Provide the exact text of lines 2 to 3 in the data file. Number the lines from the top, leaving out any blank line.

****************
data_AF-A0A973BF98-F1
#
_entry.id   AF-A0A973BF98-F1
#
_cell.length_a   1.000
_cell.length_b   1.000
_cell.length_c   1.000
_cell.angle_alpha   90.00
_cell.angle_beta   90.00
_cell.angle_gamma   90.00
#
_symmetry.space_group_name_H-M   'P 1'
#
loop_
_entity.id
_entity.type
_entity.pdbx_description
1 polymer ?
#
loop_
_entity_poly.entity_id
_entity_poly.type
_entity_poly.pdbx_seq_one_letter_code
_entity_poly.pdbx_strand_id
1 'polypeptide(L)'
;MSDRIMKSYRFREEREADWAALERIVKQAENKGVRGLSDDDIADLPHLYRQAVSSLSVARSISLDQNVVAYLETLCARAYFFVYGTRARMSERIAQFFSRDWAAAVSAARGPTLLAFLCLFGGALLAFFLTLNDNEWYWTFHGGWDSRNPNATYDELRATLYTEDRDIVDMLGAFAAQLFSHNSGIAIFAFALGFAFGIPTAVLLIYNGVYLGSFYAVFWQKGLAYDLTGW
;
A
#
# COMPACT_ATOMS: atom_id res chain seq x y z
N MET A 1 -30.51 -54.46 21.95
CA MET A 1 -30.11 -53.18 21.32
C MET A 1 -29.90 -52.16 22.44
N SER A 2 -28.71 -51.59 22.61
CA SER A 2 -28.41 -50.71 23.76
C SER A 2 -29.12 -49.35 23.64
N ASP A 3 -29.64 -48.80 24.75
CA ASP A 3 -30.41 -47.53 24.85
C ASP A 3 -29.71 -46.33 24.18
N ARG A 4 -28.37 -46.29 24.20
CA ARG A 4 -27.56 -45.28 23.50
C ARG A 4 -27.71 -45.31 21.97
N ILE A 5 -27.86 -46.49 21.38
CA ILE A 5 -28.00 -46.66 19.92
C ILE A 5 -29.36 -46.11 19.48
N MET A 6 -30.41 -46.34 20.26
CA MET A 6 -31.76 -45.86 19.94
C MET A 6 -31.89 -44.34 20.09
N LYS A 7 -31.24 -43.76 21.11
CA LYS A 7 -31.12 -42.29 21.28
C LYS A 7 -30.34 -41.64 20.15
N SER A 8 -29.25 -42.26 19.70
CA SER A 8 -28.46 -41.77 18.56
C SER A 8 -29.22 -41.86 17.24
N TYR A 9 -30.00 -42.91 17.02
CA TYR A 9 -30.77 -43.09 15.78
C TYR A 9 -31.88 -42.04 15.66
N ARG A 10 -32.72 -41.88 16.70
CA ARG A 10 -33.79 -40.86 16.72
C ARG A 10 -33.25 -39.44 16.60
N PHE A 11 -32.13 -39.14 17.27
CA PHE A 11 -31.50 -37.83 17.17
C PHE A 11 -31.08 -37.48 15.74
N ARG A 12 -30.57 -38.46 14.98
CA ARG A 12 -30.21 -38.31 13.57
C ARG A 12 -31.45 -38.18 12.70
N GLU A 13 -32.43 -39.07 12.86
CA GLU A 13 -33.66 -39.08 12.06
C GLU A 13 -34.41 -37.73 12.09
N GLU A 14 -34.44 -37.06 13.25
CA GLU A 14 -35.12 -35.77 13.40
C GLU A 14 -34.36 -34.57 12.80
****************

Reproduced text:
#
_entry.id   AF-A0A973BF98-F1